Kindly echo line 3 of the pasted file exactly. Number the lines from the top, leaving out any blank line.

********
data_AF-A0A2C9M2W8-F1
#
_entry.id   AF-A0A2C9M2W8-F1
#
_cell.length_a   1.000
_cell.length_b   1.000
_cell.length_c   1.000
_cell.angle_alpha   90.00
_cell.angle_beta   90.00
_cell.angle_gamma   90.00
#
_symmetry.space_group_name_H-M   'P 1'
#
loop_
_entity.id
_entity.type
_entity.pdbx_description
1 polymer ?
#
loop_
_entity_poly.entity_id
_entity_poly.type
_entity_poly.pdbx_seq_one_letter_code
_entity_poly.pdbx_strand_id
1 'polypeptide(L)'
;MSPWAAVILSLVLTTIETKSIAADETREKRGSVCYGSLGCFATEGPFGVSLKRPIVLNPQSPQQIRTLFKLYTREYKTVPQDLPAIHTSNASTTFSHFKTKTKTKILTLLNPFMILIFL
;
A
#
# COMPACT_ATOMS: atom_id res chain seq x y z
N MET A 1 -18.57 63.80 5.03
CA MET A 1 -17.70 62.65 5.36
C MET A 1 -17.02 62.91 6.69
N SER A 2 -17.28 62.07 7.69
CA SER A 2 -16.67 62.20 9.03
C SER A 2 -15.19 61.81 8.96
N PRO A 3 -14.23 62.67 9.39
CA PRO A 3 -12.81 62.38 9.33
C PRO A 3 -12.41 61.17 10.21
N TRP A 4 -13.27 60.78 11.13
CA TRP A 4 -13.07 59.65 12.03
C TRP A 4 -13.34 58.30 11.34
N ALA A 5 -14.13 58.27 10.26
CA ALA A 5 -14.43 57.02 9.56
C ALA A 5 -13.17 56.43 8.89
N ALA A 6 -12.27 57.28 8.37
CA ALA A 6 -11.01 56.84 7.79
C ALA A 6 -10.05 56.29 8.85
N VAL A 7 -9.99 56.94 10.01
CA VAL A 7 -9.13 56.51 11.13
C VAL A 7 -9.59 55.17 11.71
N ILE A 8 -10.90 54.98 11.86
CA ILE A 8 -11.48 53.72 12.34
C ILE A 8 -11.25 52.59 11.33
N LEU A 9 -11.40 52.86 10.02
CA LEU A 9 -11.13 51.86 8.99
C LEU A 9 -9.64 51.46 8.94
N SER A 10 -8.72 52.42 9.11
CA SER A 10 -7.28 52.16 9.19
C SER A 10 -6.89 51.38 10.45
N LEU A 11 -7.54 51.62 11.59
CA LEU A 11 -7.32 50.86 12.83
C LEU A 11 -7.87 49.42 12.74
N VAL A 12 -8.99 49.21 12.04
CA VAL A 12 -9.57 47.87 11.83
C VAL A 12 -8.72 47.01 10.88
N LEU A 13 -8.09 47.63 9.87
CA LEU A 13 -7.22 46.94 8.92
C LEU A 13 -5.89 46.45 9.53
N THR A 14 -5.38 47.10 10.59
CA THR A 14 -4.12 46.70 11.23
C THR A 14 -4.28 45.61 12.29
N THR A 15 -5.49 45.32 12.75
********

_entry.id   AF-A0A2C9M2W8-F1